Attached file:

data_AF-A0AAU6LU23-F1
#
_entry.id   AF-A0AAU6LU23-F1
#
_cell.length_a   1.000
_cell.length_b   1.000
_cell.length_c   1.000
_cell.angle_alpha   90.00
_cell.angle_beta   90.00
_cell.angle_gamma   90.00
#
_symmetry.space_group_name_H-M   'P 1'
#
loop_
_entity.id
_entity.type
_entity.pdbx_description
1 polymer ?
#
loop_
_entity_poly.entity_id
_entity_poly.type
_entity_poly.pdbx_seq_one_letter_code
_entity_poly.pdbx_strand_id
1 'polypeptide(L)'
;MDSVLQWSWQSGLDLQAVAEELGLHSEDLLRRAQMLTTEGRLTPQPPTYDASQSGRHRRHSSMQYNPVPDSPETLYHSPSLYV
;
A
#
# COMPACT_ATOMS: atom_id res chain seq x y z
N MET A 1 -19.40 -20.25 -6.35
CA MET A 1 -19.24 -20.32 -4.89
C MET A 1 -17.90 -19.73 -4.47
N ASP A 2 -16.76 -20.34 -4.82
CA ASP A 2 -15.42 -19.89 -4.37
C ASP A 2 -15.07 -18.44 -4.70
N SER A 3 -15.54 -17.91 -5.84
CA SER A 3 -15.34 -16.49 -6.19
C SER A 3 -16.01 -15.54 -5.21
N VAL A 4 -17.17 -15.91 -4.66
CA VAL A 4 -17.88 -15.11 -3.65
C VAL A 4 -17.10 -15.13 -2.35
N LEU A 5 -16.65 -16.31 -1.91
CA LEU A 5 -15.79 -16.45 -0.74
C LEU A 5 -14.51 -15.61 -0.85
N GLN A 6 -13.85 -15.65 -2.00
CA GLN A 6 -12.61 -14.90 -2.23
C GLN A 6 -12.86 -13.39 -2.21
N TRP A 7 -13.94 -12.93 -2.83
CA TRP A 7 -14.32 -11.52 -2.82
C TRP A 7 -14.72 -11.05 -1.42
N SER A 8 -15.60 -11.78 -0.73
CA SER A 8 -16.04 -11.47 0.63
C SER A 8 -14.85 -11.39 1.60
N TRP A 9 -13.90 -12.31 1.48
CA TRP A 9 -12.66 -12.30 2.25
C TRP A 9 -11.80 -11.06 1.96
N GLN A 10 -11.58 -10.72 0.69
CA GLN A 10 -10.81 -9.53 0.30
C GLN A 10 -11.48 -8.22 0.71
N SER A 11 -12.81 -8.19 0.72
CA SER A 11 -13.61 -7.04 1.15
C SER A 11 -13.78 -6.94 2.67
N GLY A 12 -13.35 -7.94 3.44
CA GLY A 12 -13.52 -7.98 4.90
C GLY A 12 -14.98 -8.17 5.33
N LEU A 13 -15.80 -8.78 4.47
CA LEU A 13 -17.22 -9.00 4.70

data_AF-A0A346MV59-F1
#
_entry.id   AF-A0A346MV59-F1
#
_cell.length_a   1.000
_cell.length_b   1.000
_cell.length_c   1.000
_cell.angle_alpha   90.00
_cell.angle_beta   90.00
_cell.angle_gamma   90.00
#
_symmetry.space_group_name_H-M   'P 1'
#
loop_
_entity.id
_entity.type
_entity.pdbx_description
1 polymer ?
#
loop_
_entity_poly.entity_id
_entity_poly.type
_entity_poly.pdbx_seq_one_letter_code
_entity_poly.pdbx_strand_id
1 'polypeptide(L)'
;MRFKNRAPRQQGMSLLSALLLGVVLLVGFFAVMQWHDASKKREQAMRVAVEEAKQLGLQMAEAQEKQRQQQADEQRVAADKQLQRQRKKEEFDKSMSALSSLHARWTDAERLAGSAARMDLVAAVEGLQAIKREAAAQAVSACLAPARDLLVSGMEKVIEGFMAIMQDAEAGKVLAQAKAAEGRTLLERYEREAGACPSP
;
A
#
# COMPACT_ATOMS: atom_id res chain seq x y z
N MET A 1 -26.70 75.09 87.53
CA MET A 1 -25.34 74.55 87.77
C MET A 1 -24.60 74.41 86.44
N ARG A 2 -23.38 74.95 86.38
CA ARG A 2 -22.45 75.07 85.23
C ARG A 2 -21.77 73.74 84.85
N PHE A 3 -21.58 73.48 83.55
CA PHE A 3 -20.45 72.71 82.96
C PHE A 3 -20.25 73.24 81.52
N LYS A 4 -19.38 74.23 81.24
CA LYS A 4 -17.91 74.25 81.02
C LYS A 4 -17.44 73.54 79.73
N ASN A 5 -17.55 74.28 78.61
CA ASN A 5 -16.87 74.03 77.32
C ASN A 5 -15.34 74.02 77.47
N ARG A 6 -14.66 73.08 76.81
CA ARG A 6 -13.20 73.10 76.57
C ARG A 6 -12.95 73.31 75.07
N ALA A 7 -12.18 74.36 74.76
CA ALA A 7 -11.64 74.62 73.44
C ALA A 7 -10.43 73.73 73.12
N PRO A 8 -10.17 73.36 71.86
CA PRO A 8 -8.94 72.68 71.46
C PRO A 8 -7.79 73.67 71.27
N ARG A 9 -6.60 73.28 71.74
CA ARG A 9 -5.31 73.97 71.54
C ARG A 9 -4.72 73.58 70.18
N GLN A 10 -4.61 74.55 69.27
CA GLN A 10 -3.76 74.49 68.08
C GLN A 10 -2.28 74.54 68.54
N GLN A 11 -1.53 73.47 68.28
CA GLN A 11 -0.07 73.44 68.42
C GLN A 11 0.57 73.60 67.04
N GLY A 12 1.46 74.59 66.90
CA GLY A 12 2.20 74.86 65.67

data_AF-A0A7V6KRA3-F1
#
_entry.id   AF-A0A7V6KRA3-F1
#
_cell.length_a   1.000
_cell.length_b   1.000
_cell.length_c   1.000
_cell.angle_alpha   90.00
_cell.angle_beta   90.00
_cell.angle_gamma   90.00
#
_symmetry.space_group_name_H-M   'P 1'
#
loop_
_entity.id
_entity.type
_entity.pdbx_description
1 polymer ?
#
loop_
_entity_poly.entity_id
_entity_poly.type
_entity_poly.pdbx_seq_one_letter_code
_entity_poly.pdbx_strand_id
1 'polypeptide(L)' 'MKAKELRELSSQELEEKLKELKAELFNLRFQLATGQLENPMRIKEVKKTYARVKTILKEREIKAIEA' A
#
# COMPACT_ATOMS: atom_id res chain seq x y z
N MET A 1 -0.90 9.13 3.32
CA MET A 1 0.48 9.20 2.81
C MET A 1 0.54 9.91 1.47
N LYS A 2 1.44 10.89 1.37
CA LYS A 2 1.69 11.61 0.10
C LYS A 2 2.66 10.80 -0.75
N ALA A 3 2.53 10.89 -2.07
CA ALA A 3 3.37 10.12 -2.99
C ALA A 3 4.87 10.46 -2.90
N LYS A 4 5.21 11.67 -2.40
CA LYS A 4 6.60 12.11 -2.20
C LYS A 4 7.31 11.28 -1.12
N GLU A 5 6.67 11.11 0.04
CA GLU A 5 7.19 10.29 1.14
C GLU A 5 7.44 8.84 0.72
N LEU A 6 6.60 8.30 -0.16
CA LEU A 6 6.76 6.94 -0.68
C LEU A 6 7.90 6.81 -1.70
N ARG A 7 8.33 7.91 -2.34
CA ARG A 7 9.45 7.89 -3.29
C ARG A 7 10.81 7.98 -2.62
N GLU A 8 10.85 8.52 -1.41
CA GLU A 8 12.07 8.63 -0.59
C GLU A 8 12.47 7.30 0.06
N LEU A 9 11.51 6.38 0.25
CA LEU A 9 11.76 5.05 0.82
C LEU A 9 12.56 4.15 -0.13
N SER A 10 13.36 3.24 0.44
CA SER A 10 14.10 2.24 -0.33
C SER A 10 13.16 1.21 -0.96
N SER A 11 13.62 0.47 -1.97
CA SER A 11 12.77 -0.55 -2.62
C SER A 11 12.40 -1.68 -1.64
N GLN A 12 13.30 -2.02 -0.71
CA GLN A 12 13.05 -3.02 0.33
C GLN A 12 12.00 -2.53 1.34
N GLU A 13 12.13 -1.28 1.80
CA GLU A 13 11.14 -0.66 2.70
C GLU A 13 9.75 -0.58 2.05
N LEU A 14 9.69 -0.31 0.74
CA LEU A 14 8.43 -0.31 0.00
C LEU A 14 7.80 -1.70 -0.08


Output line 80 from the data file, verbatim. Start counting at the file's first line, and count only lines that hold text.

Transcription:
_symmetry.space_group_name_H-M   'P 1'